I will admit that I don't know why I'm drawn to the so-called golden age of wrestling, with wrestlers almost the age of my father. I will not admit to daddy issues, not that I know of any, but I wouldn't rule that explanation out as a remote possibility.
There's more to the attraction than just my assorted complexes, I'm sure. After all, it is called the "golden age" for a reason, obviously unrelated to my psychosexual development. I like the unpretentious style of these old matches preserved on gray-toned kinescopes. As I have said before, back then the focus was on wrestling, not promos, not posedowns, not complicated serial storylines. It was still a "sport" back then.
Unlike most fans of wrestling, I like the leisurely pace of the old stuff--the rhythmic repetition and the drawn-out holds. I like the fans dressing up in jackets and high heels to go to a wrestling show. I like the "innocence" of an age when something as simple as hair-pulling could excite the crowd to frenzied rage. I like imagining catch-as-catch-can wrestling as a "science."
For instance, this 1964 match (on YouTube here) pits Argentinian-born wrestler Gilbert LeDuc against the Terrifiant Bourreau de Béthune ("horrible executioner of Béthune," a city in the north of France), in flaming red mask and cape (we're told). In it, I see some other elements I love about the golden years: the detail work, for instance, the way LeDuc digs his knuckles into Le Bourreau's kneecap at one point--or makes a show of twisting the wrist as he traps the much larger masked heel in an armlock. Also, there's the utter wickedness of the bad guy, who, while three white-clad trainers attend to his opponent's injury, continues to stalk his prey and then cruelly targets the injury when the fight resumes. Most of the match is fought away from the ropes, as the two latch on to each other's limbs and work them in the center of the ring.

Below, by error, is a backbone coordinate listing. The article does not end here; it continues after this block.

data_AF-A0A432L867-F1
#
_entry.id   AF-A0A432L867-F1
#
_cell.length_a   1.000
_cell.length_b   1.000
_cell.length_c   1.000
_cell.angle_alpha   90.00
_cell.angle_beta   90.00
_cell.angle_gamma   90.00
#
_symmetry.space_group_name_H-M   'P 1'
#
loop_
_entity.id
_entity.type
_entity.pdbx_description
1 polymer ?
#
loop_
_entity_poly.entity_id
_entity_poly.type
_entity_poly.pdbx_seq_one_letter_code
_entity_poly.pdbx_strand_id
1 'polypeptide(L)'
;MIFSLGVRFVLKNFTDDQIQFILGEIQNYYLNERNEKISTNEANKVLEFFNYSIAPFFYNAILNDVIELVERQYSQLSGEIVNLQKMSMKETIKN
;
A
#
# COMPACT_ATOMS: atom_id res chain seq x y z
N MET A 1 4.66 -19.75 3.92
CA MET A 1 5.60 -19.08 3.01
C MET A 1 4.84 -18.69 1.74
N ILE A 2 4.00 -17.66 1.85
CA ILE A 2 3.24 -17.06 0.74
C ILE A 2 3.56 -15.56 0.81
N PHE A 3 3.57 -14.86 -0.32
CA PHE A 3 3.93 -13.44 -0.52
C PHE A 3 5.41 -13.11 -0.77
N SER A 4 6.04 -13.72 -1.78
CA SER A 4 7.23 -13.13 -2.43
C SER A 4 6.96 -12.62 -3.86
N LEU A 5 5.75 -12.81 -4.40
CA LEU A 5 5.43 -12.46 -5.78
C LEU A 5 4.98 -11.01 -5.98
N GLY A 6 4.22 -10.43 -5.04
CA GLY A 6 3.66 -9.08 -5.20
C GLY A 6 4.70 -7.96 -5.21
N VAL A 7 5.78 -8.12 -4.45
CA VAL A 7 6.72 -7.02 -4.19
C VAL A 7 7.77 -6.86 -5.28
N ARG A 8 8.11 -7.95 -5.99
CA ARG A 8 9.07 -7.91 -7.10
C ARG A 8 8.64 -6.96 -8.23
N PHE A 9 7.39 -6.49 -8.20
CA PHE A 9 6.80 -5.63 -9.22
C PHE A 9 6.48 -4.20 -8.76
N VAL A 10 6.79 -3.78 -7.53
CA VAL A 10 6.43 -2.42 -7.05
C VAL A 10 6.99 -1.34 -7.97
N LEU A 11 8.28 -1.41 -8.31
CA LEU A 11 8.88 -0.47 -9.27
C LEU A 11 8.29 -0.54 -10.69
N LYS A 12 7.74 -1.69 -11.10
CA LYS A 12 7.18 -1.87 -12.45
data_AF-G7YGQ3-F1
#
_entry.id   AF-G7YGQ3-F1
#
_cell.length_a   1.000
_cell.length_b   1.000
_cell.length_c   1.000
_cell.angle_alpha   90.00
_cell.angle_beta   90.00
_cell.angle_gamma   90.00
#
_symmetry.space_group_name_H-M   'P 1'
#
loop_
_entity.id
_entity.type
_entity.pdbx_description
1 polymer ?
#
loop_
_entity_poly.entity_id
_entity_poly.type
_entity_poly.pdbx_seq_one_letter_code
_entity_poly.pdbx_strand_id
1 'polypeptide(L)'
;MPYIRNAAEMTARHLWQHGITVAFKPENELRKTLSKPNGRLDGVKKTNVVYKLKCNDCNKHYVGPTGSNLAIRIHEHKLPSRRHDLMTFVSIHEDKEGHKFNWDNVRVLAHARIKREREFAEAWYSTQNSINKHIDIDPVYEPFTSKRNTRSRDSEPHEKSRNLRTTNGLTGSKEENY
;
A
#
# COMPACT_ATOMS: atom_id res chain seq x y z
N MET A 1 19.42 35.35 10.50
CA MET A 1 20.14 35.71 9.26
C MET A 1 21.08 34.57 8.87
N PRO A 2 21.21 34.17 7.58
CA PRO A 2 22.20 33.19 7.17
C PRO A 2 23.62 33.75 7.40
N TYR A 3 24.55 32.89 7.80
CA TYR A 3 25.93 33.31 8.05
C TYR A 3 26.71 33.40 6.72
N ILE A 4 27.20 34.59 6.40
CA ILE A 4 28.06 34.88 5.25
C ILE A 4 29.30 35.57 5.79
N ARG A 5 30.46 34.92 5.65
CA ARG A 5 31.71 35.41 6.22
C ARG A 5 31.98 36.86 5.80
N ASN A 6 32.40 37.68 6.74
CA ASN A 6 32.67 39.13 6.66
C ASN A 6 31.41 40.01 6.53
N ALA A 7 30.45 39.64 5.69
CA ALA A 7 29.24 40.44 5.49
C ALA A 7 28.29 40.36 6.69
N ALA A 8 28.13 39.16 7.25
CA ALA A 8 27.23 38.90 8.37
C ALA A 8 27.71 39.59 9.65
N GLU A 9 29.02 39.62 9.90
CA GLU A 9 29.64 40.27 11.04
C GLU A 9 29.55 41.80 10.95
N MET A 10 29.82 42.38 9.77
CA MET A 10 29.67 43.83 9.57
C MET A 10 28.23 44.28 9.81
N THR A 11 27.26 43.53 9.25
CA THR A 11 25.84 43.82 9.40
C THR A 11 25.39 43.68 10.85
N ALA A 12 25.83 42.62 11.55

I would have preferred a different ending. I can't tell whether the injury that stops the match is real or kayfabe because back in the age when custom still forbade acknowledgment of catch wrestling's fakery, wrestlers didn't have to clown to assure concerned parents that none of the pain is real (which is as big a lie as that it all is real). In fact, wrestling back then was not especially for kids, as it is now, which gave the proceedings the mystique of adult entertainment.
Back when adults had some mystique, of course, and weren't just aging children. And perhaps that too is a reason I love the old stuff. Experienced mature roughnecks kicking the shit out of each other: it's still pretty hot, in my opinion.